And this is just a small selection of the studies that are available completely for free!

Note in particular the last study, which goes into some very specific and important details about how saturated fats are quite diverse and the specific ones in dairy fat are beneficial to markers of cardiovascular and metabolic health.
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Re: What's Cookin' Good Lookin'?

Unread postby John27 » 25 April 2020, 01:00

Brenden wrote:I wouldn't trust any so-called "expert" who lumps all saturated fats together


It depends on the circumstances and context. What I pay attention to is aimed at a non-expert audience, including myself. (While I take some interest in nutrition, and might arguably know more than many people--which is admittedly a very low bar--I am far from an expert.) For simplification, they will say saturated fat, with a clear understanding for the lay audience that it's in reference to, say, the saturated fats found in a particular food.

Then they must not be abreast of research from the last half decade or so.


Since other relatively recent research is cited, I'd have to assume they are making reasonable efforts to keep up to date.

And this is just a small selection of the studies that are available completely for free!


There are lots of studies out there. Problem is most of us are not equipped to be able to evaluate them. I certainly am not. Which is why I defer to experts. And listen to more than one person.

Note in particular the last study, which goes into some very specific and important details about how saturated fats are quite diverse and the specific ones in dairy fat are beneficial to markers of cardiovascular and metabolic health.


As I said, I'm not equipped to deal with studies. But I did note one thing: this last study "Dairy Components." The author section says this: Dairy Research Institute, Rosemont, IL

From what I can see with a fast search, Dairy Research Institute is a dairy industry organization. I have to question research that comes from organizations and researchers with industry ties.

I Googled a couple of the author names at the top of the abstract. I found stuff like:

Christopher J. Cifelli, Ph.D., currently serves as a Vice President of Nutrition Research at the National Dairy Council. In this position, Dr. Cifelli oversees the Dairy and Public Health research platform, the goal of which is to provide scientific evidence that can be used to protect and promote dairy in public policy.

]https://www.usdairy.com/news-articles/c ... er-cifelli


Note the "provide scientific evidence that can be used to protect and promote dairy in public policy".
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Re: What's Cookin' Good Lookin'?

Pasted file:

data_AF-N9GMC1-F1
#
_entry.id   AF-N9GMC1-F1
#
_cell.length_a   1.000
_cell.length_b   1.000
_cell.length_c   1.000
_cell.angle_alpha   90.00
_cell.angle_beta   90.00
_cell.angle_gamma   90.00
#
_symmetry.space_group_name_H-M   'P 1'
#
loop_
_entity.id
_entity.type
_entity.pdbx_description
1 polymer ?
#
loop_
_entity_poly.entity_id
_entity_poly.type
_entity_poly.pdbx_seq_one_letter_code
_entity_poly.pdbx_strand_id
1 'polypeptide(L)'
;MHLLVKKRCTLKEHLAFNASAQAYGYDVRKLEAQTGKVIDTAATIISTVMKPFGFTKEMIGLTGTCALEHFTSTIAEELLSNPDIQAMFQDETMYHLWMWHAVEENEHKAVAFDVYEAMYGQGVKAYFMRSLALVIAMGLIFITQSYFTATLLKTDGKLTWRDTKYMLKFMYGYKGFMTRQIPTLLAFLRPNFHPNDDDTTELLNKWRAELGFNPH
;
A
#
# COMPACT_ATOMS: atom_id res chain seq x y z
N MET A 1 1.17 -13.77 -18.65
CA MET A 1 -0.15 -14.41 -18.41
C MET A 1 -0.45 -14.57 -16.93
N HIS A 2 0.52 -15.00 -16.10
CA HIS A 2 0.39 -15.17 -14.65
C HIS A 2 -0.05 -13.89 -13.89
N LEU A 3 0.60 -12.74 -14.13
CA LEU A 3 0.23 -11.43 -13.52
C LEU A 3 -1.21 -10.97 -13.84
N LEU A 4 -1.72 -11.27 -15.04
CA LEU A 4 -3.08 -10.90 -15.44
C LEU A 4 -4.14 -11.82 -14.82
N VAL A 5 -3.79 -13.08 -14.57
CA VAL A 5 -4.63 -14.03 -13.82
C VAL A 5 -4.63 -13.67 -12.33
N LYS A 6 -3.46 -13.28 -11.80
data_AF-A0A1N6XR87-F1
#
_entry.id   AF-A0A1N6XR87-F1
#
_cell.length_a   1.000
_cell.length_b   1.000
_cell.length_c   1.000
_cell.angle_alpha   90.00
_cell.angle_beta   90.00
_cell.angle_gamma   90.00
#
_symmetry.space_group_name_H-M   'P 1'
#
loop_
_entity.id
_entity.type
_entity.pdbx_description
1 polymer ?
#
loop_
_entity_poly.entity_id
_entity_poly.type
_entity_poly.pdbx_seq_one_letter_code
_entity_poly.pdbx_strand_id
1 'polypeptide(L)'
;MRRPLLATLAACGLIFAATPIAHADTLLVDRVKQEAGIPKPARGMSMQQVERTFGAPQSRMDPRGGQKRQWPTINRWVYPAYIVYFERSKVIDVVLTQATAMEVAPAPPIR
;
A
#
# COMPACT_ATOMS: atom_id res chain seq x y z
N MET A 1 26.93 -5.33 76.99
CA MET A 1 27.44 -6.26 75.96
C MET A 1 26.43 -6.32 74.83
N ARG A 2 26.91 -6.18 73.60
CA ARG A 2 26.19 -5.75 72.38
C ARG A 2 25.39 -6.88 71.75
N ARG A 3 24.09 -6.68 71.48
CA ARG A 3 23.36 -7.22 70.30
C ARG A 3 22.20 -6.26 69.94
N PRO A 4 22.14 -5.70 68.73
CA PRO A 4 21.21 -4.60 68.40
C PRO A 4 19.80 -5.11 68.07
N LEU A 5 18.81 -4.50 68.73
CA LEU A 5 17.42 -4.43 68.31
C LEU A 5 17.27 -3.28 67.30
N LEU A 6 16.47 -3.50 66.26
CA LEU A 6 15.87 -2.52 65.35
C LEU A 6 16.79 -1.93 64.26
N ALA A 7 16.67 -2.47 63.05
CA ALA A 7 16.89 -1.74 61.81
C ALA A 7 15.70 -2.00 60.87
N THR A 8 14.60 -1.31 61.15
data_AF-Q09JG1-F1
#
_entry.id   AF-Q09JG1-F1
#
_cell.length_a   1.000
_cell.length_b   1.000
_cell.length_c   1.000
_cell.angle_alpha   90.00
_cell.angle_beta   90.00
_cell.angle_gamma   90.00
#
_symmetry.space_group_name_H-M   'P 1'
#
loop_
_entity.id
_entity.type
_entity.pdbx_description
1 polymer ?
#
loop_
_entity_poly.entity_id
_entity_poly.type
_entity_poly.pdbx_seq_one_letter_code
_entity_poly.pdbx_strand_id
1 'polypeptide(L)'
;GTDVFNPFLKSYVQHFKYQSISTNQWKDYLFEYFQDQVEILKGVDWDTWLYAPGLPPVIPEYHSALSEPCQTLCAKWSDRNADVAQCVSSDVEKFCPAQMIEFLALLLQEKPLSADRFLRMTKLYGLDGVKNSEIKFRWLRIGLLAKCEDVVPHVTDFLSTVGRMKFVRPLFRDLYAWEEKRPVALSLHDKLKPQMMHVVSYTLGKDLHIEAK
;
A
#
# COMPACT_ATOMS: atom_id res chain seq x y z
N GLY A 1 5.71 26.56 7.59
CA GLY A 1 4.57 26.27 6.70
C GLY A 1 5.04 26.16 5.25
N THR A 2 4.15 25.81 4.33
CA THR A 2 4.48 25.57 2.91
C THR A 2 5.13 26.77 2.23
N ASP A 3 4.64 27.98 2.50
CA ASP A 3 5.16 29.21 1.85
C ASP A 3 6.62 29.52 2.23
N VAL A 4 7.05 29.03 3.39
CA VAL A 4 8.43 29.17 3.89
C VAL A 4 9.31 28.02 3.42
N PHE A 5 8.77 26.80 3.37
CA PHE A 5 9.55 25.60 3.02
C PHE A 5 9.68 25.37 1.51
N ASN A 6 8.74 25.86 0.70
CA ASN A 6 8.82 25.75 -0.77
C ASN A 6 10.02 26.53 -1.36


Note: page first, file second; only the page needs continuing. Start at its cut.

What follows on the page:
Unread postby Brenden » 25 April 2020, 10:01

Well, I guess since there may be conflicts of interest, that changes the fact that saturated fat in milk is made up of palmitic, stearic, and myristic acids and it changes all the other well-cited facts. :rolleyes:
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Re: What's Cookin' Good Lookin'?

Unread postby Brenden » 3 May 2020, 12:02

It’s Sunday so I made maple-pecan oat pancakes for breakfast!

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Re: What's Cookin' Good Lookin'?

Unread postby poolerboy0077 » 16 May 2020, 16:23

I know most of you are fat now because of the quarantine so don’t be holding out on sharing your baked goods with us! :nono:
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Re: What's Cookin' Good Lookin'?

Unread postby Derek » 16 May 2020, 16:35

I wish I was fat. I have dreams about it sometimes.
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Re: What's Cookin' Good Lookin'?

Unread postby poolerboy0077 » 16 May 2020, 20:44

Derek wrote:I wish I was fat. I have dreams about it sometimes.

Liar. Post pics of your tummy to prove it. :oface:
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Re: What's Cookin' Good Lookin'?

Unread postby Brenden » 16 May 2020, 21:34

Made spaghetti carbonara the other day with vegetarian bacon and now used the leftover spaghetti today to make it with real bacon for lunch.
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Re: What's Cookin' Good Lookin'?

Unread postby MichaelH » 20 May 2020, 00:13

I'm no gourmet - I just boiled a potato and added it to a can of hearty sirloin soup.
My favorite breakfast is more fancy. I cook a potato, fry some bacon (next time I'm doing breakfast sausage) cook an egg until the white is actually white, mix the potato and sir them all together, melt some cheese on top.